30 Oct 2023


by Chuma Vabaza, Partner, Durban,
Practice Area(s): Employment |

On 25 October 2023, in the case of Van Wyk and others v Minister of Employment and Labour, the High Court in Johannesburg handed down a groundbreaking judgment concerning the leave entitlements of new parents in the workplace.

Mr Van Wyk is a salaried employee, whilst Mrs Van Wyk is a business owner. Given their circumstances, when they had a new baby, they preferred that Mrs Van Wyk returned to trade as soon as possible because they feared the business might fail were she to take an extended period of leave from it. On the other hand, Mr Van Wyk would be the primary caregiver during the early infancy of their child.

What stood in the way though was that the Basic Conditions of Employment Act (“the BCEA”) only entitled Mr Van Wyk to take 10 days’ paternity leave compared to the 4 consecutive months that Mrs Van Wyk would be entitled to as a birth mother. To circumvent this, Mr Van Wyk took extended annual leave from his work, part of which was unpaid. Further, he was also not entitled to any UIF benefits. The Van Wyks, therefore, argued before the court that sections 25, 25A, 25B and 25C of the BCEA are unconstitutional insofar as they unfairly differentiate between a mother and a father in respect of maternity and paternity leave. An additional question that the court was faced with is whether the BCEA also unfairly discriminates against commissioning and adoptive mothers by only providing for a 10 – week leave period for them as opposed to the 16 weeks that birth mothers are entitled to.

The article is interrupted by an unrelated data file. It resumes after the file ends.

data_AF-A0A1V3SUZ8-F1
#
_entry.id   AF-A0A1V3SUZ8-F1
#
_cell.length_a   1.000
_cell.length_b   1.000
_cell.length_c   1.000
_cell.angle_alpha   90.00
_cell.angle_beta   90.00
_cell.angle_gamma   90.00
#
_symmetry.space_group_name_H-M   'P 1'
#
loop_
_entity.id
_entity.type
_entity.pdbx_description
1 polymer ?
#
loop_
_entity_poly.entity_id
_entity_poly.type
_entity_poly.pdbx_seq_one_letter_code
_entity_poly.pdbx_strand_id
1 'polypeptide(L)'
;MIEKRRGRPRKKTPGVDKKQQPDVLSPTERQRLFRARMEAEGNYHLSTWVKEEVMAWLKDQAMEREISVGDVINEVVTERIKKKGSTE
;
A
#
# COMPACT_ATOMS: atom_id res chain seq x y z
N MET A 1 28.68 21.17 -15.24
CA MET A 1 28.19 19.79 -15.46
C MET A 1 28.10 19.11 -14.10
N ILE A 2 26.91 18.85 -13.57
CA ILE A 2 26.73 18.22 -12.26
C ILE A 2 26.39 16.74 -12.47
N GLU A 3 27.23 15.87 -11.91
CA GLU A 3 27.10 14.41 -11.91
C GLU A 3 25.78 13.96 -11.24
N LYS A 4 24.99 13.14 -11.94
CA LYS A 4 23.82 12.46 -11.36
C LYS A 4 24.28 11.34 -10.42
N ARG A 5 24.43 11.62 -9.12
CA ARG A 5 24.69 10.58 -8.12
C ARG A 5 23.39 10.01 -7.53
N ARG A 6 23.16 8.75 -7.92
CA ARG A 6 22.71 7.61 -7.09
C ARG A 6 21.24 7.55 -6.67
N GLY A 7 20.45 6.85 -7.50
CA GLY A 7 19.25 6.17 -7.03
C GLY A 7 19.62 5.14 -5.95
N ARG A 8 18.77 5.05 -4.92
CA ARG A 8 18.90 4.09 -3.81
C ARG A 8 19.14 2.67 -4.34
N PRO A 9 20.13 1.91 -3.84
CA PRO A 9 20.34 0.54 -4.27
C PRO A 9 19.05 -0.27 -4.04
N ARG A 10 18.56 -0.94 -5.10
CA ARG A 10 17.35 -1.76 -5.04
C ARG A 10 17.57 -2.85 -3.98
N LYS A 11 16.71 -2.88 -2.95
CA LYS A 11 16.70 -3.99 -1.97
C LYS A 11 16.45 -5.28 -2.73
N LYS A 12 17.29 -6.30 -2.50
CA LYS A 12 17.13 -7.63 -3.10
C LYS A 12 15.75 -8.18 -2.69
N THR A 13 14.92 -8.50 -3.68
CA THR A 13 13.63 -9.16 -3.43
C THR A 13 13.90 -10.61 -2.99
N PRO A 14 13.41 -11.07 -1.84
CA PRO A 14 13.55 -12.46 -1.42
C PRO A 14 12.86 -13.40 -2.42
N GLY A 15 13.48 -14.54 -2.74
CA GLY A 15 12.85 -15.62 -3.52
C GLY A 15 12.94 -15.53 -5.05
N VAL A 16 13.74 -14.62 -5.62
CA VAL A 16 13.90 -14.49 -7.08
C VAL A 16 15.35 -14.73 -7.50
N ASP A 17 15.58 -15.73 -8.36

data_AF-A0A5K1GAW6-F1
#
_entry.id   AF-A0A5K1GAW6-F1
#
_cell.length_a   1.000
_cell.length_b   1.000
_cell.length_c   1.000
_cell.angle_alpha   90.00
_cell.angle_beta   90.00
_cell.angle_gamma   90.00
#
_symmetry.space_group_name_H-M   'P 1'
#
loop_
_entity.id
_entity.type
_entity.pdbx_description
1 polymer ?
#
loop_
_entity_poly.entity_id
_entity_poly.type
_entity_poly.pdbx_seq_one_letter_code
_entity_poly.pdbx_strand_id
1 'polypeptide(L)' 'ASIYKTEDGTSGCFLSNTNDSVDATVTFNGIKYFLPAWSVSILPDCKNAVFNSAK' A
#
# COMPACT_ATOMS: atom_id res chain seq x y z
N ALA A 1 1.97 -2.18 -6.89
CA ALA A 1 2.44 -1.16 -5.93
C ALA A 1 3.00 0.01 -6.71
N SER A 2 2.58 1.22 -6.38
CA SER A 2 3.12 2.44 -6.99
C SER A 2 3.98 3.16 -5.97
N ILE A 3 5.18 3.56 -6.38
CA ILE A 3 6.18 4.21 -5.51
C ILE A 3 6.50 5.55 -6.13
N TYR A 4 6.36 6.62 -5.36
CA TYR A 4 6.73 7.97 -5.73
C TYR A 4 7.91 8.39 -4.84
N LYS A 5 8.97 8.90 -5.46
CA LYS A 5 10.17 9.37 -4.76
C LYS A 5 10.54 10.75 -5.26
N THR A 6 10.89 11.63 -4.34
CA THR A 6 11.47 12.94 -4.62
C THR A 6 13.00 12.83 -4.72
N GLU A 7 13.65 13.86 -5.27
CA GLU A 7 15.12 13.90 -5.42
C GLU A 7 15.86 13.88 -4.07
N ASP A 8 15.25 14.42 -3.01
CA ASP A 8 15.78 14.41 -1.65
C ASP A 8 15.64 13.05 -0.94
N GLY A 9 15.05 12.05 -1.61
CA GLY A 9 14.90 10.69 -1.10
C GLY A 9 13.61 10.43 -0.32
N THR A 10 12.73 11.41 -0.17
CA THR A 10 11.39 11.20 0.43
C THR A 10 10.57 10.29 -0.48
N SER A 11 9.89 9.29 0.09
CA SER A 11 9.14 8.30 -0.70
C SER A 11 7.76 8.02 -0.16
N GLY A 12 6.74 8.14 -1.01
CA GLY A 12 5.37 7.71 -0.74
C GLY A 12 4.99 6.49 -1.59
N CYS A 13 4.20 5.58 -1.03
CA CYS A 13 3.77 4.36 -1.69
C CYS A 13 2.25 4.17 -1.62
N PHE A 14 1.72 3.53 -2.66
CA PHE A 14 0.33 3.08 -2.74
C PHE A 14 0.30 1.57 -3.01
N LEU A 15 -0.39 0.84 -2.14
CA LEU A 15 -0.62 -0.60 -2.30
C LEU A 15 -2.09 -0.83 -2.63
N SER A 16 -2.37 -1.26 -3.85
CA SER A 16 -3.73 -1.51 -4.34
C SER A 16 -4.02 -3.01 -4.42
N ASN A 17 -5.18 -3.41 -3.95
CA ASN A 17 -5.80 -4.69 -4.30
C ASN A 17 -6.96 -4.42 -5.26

Addressing the issue of paternity leave for fathers, the court reasoned that to accord them a paltry 10 days’ leave speaks to a mindset that regards the father involvement in early parenting as marginal. In this sense, the BCEA is offensive to the norms of the Constitution as it impairs a father’s dignity. The court further determined that a father who chooses to share in the gruelling yet rewarding experience of early child nurturing can indeed complain that the absence of equal recognition in the BCEA is unfair discrimination.

On the question of commissioning and adoptive mothers, the court decided that no honourable explanation comes to mind in granting them 6 weeks less leave compared to birth mothers. The fact that they may not have experienced physical child birth is no acceptable justification for the discrimination.

Under the circumstances, it seemed inescapable that the court would declare, as it ultimately did, that sections 25, 25A, 25B and 25C of the BCEA, together with the corresponding provisions of the Unemployment Insurance Fund Act, are invalid as they are inconsistent with the provisions of sections 9 and 10 of the Constitution. Whilst this declaration of invalidity has been suspended for two years to allow Parliament to cure the defects, the court has ruled that in the interim, the groups of parents referred to in this article shall enjoy the same maternity and paternity leave benefits as their comparators. Absent any appeal from the Minister of Employment and Labour or the Constitutional Court disagreeing with the High Court judgment, a new dawn has been ushered in for new parents.